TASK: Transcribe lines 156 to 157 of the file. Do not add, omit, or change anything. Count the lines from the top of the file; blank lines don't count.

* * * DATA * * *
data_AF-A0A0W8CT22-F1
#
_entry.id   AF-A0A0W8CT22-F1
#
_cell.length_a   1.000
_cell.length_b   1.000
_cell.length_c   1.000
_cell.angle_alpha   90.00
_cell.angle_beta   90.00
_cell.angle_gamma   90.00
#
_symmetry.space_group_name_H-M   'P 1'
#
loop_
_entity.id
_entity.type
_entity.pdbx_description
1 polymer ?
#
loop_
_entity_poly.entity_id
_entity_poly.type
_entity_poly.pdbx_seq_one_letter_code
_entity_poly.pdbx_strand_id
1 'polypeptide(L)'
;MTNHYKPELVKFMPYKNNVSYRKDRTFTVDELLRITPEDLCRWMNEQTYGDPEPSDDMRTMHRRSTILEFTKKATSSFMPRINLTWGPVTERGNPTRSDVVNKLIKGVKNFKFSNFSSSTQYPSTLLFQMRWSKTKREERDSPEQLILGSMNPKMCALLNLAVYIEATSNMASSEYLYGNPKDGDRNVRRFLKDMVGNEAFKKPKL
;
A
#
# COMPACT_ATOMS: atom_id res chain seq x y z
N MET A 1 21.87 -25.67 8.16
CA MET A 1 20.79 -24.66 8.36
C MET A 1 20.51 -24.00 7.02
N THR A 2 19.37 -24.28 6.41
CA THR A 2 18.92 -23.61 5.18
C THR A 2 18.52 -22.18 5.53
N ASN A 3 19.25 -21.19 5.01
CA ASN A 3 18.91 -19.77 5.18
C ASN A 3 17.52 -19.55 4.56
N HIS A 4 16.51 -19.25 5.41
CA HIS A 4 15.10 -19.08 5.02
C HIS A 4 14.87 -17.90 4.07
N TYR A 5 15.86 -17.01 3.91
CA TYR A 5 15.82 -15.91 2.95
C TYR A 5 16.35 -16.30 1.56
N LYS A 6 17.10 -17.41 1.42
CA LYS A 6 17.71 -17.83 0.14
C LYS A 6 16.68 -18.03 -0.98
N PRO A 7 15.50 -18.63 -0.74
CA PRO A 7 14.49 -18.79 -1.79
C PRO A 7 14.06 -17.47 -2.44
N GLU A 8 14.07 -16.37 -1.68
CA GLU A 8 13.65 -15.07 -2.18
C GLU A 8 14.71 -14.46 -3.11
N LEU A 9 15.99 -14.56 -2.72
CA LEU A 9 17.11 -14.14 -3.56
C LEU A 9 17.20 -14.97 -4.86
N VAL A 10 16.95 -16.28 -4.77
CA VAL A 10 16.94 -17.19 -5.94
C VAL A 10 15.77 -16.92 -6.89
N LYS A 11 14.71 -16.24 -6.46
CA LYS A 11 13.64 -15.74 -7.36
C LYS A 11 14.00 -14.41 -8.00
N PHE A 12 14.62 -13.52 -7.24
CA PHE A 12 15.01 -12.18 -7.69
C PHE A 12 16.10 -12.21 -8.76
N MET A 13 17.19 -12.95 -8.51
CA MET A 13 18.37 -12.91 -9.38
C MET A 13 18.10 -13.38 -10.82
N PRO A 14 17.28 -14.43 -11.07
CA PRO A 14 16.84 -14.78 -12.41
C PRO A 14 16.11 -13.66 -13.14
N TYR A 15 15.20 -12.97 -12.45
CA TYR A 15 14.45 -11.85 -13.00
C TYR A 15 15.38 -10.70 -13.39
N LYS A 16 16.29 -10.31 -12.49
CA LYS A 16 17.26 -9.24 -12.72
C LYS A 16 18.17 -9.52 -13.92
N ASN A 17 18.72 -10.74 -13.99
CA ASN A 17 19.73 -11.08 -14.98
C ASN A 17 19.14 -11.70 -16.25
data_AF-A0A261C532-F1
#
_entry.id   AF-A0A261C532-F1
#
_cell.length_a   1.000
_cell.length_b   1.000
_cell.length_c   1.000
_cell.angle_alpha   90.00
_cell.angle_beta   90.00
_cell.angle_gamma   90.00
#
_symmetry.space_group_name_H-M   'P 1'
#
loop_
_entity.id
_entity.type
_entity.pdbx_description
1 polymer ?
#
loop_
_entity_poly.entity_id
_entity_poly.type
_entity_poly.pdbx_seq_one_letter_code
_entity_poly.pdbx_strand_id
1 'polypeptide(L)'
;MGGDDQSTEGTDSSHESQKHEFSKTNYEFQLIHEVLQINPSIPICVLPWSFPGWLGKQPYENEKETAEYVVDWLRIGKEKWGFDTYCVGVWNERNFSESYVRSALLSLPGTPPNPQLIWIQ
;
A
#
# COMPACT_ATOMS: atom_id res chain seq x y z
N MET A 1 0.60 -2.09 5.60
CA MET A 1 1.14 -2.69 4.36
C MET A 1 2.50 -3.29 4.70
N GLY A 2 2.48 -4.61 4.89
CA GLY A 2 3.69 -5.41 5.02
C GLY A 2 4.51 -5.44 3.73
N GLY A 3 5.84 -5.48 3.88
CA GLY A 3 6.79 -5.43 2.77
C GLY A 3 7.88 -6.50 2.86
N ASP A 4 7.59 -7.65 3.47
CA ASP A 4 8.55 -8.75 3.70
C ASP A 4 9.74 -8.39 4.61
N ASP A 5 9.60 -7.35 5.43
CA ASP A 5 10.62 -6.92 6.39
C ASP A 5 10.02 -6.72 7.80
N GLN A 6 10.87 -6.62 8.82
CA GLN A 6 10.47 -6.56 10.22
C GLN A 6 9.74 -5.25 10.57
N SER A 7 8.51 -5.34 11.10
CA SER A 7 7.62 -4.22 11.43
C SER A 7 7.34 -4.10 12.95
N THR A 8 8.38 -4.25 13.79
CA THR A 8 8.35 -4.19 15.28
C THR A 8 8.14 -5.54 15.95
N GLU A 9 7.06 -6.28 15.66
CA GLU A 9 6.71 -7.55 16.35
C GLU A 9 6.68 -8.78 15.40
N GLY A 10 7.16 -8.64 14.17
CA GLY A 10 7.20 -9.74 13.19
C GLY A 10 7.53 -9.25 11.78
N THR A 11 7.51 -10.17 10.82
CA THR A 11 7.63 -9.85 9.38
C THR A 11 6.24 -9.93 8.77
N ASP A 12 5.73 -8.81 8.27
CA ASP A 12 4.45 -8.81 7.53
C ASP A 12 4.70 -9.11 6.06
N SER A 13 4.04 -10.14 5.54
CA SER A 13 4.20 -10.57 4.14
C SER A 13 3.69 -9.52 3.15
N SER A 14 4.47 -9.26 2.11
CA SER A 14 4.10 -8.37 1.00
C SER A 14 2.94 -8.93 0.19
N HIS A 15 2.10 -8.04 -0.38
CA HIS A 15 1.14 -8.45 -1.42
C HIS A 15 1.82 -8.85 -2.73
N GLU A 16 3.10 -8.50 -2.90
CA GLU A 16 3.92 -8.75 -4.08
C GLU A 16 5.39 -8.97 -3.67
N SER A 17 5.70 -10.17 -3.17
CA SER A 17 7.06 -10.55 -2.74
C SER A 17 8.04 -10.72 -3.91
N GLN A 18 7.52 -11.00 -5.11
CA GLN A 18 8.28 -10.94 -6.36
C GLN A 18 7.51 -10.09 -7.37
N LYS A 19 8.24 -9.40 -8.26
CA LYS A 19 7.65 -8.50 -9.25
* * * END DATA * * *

C HIS A 15 1.82 -8.85 -2.73
N GLU A 16 3.10 -8.50 -2.90